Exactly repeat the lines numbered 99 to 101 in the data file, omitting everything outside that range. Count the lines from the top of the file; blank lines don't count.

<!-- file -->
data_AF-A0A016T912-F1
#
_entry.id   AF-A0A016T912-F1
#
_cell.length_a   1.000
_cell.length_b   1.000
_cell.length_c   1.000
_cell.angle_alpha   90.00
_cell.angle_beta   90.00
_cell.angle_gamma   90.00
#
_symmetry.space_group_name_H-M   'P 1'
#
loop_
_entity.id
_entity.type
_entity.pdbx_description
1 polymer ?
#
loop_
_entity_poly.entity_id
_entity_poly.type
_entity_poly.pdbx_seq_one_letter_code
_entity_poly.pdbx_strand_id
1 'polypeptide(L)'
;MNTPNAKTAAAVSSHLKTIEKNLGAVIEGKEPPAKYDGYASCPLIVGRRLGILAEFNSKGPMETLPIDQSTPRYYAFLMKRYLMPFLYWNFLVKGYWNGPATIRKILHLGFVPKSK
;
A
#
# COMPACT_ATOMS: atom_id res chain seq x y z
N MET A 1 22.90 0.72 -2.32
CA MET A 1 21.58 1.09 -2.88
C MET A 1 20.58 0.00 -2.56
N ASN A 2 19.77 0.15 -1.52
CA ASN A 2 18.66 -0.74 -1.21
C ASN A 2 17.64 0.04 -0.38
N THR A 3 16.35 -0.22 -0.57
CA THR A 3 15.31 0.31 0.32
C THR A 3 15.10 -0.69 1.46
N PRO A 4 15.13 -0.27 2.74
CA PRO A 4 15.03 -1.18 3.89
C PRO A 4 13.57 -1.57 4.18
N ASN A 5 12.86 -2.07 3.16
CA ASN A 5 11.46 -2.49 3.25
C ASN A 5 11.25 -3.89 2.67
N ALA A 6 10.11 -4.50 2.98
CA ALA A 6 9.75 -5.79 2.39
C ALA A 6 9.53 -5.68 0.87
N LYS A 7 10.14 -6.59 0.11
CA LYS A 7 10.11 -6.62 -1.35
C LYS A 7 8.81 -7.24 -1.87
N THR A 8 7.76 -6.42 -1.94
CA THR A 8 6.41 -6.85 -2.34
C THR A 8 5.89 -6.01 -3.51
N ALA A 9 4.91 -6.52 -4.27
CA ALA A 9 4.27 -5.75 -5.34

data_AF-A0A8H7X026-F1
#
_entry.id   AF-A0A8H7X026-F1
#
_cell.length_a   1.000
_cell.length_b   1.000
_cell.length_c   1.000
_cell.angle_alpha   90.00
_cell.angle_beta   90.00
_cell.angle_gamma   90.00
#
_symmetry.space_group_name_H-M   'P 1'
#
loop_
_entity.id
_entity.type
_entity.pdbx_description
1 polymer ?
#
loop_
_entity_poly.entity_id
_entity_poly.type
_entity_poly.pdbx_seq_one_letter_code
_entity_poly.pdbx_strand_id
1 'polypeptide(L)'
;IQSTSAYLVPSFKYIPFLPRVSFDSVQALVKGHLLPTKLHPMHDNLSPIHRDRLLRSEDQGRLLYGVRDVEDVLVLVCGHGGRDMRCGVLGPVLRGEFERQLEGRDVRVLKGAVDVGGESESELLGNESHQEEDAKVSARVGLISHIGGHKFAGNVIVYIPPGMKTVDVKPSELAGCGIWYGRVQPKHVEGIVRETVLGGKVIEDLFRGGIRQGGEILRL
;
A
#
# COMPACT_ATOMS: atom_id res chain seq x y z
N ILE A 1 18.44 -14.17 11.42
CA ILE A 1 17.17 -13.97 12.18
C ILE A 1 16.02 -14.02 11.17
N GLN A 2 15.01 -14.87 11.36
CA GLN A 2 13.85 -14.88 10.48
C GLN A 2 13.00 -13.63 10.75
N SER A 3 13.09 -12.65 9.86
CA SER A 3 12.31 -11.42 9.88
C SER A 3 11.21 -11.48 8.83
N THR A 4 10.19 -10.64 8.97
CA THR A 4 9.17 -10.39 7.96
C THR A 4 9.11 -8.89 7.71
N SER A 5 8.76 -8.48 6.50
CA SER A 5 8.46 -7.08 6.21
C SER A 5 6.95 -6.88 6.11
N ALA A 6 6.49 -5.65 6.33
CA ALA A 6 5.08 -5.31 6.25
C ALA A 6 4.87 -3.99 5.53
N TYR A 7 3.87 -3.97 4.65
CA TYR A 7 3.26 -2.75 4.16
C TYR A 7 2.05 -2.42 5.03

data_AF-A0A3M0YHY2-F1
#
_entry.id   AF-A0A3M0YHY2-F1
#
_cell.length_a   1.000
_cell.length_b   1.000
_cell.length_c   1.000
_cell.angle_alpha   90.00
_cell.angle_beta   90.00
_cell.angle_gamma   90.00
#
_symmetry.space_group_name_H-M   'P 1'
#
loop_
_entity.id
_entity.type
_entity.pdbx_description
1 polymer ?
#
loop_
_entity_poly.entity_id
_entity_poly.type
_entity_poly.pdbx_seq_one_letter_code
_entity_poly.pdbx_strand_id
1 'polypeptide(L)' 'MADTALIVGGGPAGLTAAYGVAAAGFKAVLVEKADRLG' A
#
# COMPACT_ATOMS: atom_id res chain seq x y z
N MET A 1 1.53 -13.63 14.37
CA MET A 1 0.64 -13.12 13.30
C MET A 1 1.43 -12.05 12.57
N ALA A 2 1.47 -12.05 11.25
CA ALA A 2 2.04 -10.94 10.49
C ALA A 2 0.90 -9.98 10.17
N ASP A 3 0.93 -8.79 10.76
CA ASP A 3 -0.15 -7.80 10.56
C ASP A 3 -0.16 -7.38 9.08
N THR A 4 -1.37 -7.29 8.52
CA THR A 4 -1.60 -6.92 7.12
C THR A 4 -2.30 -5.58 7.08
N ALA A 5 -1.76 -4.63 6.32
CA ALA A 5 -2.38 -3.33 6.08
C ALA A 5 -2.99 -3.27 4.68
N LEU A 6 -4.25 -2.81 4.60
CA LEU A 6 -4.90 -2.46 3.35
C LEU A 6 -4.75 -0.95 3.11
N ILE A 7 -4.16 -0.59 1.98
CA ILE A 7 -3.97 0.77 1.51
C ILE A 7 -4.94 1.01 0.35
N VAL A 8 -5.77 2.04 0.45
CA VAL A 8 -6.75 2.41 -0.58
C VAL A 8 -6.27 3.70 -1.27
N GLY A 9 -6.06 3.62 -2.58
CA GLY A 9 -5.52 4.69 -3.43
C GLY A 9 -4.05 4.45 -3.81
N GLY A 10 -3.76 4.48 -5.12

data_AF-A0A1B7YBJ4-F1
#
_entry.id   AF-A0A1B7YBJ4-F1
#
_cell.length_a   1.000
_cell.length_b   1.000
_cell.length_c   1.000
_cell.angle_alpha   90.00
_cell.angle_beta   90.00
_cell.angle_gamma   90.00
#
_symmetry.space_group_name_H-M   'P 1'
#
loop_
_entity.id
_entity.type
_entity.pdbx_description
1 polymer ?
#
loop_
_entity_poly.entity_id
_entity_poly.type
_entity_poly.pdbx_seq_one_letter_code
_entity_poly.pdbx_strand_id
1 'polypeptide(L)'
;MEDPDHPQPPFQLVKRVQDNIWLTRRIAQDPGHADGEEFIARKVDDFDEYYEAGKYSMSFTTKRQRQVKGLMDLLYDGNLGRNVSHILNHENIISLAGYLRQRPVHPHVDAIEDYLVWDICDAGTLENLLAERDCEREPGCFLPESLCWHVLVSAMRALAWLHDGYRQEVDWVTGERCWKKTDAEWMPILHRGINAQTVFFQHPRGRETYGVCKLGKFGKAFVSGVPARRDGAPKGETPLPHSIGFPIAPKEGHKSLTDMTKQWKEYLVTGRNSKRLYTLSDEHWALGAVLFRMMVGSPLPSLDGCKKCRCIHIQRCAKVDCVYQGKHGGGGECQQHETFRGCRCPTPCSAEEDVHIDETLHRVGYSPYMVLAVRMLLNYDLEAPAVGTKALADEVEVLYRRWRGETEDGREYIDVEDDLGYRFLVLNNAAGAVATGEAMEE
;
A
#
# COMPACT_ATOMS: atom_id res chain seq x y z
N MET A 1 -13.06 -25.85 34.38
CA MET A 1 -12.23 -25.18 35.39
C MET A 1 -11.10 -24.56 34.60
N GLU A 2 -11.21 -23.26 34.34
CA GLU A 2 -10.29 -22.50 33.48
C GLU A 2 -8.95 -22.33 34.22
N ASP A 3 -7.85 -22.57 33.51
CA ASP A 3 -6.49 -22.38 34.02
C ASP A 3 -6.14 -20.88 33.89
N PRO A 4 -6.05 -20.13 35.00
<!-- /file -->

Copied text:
N SER A 5 8.76 -8.48 6.50
CA SER A 5 8.46 -7.08 6.21
C SER A 5 6.95 -6.88 6.11